In this context, it is important to note the establishment of new ‘epistemic communities and advocacy coalitions’ (Sabatier and Smith Jenkins 1993) , as well as of new ad hoc  ‘social networks’ (Granovetter 1985; March and Olsen 1989) in the creation of illicit business trade-offs. Restaurants, hotel lobbies, masonic lodges, bedrooms and municipal halls become the new ‘policy fields’ for business and other interest bargainings. For Bourdieu (1981), a policy field is an institutional space where social and political actions take place. These are characterized by a specific habitus (Bourdieu 1977) understood in terms of a set of acquired patterns of thoughts, behaviours, and tastes which, subsequently, structure the perceptions and responses of agents to external challenges. So even a luxury hotel bedroom becomes, in this way, an institutional space for these illicit political-economic bargainings. They are also ‘policy’ and ‘shopping’ venues where communicative actions (see Habermas 1981) and policy instruments (Lascoumes and Le Galès 2007) are employed.

The concept of ‘policy venue’, firstly developed by Baumgartner and Jones (1993, p.32), refers to ‘institutional locations where authoritative decisions are made concerning a given issue’, ‘venue shopping’ used by Guiraudon (2000, 2003) emphasizes the actors’ strategies, also taking into account the rule-bound context to which actors respond to ‘buy’ (shopping) a particular policy. The policy venues, once located in institutional environments, are now dislocated (see above).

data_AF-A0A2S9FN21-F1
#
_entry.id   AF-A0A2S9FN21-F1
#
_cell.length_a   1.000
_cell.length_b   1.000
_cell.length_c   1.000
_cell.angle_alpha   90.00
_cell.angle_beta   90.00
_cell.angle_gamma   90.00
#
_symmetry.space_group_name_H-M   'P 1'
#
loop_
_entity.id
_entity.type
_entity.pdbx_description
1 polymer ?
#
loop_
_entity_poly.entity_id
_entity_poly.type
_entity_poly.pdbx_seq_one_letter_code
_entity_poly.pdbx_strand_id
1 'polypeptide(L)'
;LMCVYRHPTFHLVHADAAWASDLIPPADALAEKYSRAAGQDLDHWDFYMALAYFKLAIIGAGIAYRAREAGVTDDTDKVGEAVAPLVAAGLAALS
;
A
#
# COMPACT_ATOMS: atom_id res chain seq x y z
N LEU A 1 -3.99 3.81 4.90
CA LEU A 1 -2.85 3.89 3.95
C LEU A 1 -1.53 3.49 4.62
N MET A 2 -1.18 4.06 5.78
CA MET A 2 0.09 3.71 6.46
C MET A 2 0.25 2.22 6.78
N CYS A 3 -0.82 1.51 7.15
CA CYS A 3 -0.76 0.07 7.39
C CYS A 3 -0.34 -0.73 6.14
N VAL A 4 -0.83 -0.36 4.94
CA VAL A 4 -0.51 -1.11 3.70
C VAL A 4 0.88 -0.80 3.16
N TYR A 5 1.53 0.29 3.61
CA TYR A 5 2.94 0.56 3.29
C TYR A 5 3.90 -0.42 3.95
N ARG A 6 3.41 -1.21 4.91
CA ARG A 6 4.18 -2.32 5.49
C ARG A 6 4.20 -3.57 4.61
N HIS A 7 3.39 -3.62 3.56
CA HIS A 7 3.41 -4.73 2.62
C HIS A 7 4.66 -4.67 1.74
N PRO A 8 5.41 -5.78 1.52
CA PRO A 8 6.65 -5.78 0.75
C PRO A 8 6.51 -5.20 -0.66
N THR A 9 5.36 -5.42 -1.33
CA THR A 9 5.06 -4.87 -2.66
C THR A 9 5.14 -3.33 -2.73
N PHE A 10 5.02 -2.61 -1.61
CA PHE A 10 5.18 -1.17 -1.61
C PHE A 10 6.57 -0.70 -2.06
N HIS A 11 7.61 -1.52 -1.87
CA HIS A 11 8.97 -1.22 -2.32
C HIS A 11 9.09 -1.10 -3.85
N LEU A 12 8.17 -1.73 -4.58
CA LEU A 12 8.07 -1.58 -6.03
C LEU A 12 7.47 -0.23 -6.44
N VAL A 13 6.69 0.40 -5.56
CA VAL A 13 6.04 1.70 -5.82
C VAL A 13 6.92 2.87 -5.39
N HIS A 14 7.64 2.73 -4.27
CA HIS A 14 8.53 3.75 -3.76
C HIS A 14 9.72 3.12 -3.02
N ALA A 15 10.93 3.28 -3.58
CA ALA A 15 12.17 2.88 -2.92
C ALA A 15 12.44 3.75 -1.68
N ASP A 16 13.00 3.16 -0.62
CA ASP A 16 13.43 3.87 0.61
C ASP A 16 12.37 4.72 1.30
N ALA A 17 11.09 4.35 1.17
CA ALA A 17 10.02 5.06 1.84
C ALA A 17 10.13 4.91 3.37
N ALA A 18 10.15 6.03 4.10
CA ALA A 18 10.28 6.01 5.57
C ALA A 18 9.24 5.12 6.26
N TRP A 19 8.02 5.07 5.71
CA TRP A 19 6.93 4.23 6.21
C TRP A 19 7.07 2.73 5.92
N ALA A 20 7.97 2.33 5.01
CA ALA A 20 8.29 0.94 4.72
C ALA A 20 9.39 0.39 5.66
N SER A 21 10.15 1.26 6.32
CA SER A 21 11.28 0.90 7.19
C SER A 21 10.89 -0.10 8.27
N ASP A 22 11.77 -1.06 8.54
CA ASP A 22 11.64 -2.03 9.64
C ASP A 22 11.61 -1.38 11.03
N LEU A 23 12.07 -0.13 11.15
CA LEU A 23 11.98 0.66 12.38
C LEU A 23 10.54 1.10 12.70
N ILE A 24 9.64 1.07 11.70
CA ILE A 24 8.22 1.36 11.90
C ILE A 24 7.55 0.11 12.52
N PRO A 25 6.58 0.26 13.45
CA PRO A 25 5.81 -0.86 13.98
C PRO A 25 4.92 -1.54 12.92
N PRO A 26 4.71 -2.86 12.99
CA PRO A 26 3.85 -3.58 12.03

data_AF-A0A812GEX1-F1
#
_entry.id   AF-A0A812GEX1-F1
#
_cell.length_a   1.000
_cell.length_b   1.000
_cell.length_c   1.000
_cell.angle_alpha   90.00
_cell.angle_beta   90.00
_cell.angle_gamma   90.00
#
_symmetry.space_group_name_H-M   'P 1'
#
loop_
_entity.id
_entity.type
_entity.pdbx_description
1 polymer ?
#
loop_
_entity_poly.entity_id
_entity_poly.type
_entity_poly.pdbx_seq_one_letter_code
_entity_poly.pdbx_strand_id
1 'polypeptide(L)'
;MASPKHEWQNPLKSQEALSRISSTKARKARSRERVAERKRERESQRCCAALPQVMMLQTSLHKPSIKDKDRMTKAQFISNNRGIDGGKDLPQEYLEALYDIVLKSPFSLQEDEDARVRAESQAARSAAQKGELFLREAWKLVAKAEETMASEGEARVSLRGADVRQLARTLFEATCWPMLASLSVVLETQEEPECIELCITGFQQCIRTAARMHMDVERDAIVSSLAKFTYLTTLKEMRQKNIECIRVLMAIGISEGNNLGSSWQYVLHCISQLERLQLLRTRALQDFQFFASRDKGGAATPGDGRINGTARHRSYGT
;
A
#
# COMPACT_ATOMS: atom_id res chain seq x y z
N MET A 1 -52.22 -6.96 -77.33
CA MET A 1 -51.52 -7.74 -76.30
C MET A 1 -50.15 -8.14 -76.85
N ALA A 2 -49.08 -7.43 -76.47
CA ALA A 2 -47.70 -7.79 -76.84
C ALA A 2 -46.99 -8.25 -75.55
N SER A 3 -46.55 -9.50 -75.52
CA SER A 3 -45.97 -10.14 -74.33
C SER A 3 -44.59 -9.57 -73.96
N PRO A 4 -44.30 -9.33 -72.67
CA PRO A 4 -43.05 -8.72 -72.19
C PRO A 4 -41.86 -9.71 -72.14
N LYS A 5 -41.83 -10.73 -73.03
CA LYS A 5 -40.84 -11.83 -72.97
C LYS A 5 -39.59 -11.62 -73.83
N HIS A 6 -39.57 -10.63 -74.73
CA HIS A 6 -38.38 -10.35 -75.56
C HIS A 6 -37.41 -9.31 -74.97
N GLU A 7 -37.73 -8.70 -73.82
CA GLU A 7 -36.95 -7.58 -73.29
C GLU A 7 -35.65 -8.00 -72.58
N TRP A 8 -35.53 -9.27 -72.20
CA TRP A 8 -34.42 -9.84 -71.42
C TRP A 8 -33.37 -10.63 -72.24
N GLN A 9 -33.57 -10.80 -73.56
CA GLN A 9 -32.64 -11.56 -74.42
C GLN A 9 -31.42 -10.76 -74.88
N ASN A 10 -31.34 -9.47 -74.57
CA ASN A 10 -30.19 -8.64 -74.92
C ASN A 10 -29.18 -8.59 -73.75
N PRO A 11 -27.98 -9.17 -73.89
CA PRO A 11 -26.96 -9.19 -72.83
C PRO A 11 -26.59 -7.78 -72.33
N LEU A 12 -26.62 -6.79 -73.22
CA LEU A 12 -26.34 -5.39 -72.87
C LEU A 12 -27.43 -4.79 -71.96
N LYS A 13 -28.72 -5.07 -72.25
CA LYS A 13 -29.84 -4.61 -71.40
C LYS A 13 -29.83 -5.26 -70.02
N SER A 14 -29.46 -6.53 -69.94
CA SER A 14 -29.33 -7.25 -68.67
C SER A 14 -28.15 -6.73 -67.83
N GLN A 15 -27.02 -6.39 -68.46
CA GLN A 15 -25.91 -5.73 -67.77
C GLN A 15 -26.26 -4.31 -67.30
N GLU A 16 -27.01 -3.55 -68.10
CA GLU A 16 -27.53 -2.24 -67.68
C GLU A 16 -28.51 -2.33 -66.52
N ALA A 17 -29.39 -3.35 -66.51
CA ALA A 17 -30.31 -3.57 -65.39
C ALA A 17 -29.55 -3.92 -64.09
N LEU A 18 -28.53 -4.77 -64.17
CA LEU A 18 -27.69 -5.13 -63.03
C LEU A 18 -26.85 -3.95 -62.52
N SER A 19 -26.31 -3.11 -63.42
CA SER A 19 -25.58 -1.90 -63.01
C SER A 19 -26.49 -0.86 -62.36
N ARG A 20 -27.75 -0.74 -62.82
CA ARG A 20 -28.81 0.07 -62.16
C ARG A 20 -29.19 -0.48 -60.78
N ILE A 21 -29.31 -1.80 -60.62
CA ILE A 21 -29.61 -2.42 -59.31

1. Cosa Nostra (‘Our Thing’): An Introduction
  2. Historical Legacies of Cosa Nostra 
  3. Cosa Nostra’s Political and Governance Mechanisms: National and Transnational Ties 
  4. Cosa Nostra: System of Values and Norms
  5. Cosa Nostra’s System of Taxation and The Transnational Criminal Integrated System
  6. The Political Regime of Cosa Nostra: Between Independentist and Consociational Pressures
  7. The Transnational-Based Criminal Market Economy
  8. Cosa Nostra’s Criminal-Fare Regime 
  9. Cosa Nostra’s Systemic Problems 
  10. The ‘Anti-Mafia’ Organization: A Historical-Institutionalist Approach
  11.  List of Sicilian ‘Noblesse’ (Noble Families) A-Z
  12. Reference List